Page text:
How do you even start to choose a window treatment? What works best in the bathroom? Can you use just a valance in the living room? What the heck is a cornice anyway? Before you start the process of covering your windows, pare down your choices by analyzing the room with regard to the function of the window treatment and become familiar with different terms for window coverings.
First and foremost, a window treatment is for privacy. You don’t want people to see in your home, so you cover the window. Obviously, rooms that require privacy are the bathroom and bedroom. When considering window treatments in these rooms, consider shades, blinds, shutters and curtains.
Consider how the window treatment works. Is it stationary or does it need to be opened or closed like a blind? Is it on an upper window that you’ll need a ladder to reach? Keep this in mind regarding function:
Safety - No hanging cords within reach of children, cribs etc.
Reach - Stationary treatments are necessary for higher, out of reach windows such as a palladium window, you know, the large, arched window that you’ll have to buy an extension ladder to clean. You’ll need to consider a valance or a swag for these windows.
Do you need the window treatment to control the lighting in the room? Do you want to be able to darken the room by pulling the curtain shut, like in a bedroom? Do you need to keep out the glare of midday sun?
Consider your light control issues within the room. Also, it’s always nice to let the sun shine in, but you can end up with sun fade ruining expensive rugs and upholstery in the process. I’m not particularly keen on heavy drapes in living rooms, but they sure do keep the nicer furniture and fabrics from being ruined. Don’t forget the artwork, it can be adversely affected by the sun as well.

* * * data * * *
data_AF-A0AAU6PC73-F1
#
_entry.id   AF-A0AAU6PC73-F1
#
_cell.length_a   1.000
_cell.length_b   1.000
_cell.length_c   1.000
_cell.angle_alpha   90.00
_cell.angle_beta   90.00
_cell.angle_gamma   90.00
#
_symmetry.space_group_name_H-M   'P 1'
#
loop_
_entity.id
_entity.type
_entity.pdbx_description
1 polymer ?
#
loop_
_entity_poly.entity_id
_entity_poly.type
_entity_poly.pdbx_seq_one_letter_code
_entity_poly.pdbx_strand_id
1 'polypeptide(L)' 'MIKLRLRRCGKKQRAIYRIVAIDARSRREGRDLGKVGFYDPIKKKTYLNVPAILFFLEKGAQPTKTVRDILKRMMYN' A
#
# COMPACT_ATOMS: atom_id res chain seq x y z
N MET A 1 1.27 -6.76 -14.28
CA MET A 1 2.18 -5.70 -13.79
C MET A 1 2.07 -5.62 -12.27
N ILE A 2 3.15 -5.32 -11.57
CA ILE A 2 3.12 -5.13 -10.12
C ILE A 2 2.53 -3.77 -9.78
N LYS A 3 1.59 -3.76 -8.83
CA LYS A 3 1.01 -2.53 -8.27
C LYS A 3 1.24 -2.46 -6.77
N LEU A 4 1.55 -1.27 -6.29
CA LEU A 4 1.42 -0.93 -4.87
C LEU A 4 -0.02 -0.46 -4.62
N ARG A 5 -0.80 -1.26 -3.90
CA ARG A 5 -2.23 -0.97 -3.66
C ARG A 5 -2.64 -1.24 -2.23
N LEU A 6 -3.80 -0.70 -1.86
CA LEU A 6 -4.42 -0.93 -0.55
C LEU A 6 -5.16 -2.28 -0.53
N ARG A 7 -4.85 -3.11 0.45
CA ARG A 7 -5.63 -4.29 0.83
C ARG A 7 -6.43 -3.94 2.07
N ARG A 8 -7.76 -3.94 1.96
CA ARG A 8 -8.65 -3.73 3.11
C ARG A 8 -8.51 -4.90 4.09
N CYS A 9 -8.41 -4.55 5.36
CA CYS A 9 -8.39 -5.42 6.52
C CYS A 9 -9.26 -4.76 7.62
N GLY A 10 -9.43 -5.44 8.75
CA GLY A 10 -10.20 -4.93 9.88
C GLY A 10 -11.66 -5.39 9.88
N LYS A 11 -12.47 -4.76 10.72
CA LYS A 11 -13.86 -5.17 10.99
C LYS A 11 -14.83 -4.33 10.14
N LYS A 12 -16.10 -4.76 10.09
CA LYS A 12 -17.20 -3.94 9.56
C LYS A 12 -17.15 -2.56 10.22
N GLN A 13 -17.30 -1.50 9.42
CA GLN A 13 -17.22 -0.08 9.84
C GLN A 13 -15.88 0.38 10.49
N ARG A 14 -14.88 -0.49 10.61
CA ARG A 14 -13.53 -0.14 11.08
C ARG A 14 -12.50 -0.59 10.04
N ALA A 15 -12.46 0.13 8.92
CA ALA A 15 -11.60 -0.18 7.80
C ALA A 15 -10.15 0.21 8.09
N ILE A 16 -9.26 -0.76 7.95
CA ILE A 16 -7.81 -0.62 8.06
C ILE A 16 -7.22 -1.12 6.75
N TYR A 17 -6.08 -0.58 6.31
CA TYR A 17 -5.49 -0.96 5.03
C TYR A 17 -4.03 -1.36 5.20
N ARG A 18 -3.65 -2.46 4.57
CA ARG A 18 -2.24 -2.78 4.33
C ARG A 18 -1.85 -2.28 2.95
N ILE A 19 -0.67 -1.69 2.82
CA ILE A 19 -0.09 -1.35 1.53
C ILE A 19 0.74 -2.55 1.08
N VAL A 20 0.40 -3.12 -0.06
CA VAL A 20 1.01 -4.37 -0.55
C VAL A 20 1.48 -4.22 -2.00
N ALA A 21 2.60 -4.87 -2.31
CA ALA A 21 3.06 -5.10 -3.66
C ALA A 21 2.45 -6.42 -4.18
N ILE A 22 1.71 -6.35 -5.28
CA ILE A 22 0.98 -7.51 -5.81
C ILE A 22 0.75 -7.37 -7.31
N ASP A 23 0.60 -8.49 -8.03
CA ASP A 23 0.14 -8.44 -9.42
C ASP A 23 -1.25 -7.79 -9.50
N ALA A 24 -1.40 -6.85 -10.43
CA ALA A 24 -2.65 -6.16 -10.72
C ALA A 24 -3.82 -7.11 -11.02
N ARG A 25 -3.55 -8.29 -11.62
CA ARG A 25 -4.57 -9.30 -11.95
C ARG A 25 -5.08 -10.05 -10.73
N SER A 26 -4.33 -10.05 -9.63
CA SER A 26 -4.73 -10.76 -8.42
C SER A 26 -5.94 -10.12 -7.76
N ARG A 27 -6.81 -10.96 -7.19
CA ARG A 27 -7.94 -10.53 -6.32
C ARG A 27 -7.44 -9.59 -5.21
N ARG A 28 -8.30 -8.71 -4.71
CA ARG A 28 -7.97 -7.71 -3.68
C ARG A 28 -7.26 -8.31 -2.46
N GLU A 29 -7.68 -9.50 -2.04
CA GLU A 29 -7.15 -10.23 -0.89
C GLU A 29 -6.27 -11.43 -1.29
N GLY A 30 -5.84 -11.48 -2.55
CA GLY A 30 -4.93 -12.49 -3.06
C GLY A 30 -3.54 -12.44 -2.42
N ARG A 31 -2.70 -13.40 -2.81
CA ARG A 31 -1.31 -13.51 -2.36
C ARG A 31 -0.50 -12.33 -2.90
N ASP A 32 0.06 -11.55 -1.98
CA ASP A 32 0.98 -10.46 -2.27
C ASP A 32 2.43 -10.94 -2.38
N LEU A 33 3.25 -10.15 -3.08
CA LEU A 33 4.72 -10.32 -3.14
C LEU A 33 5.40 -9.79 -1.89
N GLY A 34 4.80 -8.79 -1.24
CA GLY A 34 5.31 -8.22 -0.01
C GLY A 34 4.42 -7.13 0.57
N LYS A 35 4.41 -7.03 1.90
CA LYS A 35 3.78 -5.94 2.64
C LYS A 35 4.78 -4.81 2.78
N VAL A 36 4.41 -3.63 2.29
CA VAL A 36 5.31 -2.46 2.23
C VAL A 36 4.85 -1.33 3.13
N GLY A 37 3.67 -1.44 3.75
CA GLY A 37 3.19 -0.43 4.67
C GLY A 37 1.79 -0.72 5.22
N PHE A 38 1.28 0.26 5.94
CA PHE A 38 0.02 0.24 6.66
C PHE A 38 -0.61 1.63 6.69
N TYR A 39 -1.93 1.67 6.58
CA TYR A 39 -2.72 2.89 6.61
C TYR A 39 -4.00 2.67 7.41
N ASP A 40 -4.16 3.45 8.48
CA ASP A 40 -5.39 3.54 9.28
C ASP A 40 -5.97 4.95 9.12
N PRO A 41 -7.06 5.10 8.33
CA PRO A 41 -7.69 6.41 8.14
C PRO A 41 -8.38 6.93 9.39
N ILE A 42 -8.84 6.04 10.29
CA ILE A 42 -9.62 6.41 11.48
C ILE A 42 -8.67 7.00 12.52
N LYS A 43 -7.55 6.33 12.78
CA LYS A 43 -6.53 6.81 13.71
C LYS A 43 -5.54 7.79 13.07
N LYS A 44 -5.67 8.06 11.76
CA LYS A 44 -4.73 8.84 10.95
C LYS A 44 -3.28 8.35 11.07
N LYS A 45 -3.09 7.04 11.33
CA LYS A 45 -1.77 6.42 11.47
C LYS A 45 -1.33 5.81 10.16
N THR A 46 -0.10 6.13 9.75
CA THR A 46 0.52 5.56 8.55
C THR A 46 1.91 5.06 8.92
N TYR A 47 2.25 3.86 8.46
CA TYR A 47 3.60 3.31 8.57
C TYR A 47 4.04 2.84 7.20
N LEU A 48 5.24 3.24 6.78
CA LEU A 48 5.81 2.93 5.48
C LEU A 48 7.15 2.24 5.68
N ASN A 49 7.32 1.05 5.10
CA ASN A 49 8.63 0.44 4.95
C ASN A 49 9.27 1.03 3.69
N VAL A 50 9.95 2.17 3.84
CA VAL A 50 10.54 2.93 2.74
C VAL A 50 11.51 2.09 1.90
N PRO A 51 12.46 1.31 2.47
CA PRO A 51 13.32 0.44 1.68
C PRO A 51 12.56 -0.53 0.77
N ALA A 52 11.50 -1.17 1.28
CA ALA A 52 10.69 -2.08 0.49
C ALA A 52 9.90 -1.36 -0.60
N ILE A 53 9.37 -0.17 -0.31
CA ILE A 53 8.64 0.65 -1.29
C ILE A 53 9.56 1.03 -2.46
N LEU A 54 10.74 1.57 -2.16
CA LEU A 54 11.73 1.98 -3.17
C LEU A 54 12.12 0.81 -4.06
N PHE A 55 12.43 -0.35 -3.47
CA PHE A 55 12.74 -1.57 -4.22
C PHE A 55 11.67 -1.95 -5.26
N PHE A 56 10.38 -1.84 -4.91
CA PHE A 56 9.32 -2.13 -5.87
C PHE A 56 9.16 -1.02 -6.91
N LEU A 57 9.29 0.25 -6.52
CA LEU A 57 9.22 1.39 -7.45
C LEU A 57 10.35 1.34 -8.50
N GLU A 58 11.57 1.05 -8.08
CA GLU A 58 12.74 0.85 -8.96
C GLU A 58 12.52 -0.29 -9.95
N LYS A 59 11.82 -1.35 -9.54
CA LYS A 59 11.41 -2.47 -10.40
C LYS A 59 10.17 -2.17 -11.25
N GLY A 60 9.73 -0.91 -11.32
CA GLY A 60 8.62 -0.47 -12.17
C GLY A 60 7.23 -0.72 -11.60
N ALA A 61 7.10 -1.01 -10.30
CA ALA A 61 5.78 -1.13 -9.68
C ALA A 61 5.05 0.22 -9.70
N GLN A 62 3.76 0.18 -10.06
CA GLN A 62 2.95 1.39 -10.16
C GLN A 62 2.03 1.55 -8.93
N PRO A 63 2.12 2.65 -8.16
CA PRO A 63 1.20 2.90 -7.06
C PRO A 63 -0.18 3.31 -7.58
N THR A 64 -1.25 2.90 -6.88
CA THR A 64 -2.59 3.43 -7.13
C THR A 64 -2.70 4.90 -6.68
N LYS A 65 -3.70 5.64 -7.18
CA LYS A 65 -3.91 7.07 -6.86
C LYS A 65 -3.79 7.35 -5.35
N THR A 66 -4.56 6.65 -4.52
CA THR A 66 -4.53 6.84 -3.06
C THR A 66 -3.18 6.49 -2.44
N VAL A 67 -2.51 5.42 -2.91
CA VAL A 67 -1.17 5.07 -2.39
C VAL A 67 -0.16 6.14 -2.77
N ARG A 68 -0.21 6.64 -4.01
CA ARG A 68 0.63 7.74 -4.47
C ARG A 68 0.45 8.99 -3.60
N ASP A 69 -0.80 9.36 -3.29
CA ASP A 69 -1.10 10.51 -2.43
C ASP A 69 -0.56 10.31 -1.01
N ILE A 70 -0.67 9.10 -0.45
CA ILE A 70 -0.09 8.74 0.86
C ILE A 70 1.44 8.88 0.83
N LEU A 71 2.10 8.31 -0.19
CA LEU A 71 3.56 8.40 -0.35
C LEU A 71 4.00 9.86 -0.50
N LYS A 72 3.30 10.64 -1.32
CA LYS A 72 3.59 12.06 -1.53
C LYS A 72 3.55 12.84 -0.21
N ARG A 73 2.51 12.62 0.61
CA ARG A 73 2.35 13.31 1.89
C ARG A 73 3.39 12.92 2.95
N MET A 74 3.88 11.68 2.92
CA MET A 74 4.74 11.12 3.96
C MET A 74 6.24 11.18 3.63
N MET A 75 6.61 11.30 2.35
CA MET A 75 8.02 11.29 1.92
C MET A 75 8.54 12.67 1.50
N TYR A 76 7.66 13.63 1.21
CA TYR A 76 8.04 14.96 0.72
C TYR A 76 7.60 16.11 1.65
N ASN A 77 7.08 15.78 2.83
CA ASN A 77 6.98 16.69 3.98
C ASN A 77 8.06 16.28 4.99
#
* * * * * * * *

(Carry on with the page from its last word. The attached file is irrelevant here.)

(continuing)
Last, but certainly not least, the window treatment will decorate your room. After you take care of the first three functions for window treatments, now the fun starts - finding a window treatment to suite your decor and budget and complement the room.
What's the Difference Anyway?
- Shades, not just pull down plastic shades, but Roman shades and pleated shades are made of fabric and pull up like blinds. Shades can not only be made from fabrics, but wood, bamboo, textured, or honeycomb designs.
- A blind is a specific type of window covering which is made with slats of fabric, wood or metal that adjust by rotating from an open position to to a closed position by allowing slats to overlap. Vertical blinds are often used to cover sliding doors, French doors, doors that lead to the outside and oversized windows. When opened the blinds stack to the side.
- Valances, cornices, swags, and scarves top a window. They can be used alone or with a drapes, shutters or shades. They can add a spark of color and pattern to the window treatment and are perfect for hiding unsightly hardware.
- Drapes and curtains - what’s the difference? Well, they differ in formality. Drapes are normally for a formal room with pleats while curtains, usually panels, bring an informal touch to a room.
Don't let yourself become overwhelmed when choosing window treatments - take it step by step taking the points above into consideration to narrow down your choices, then let your imagination run wild.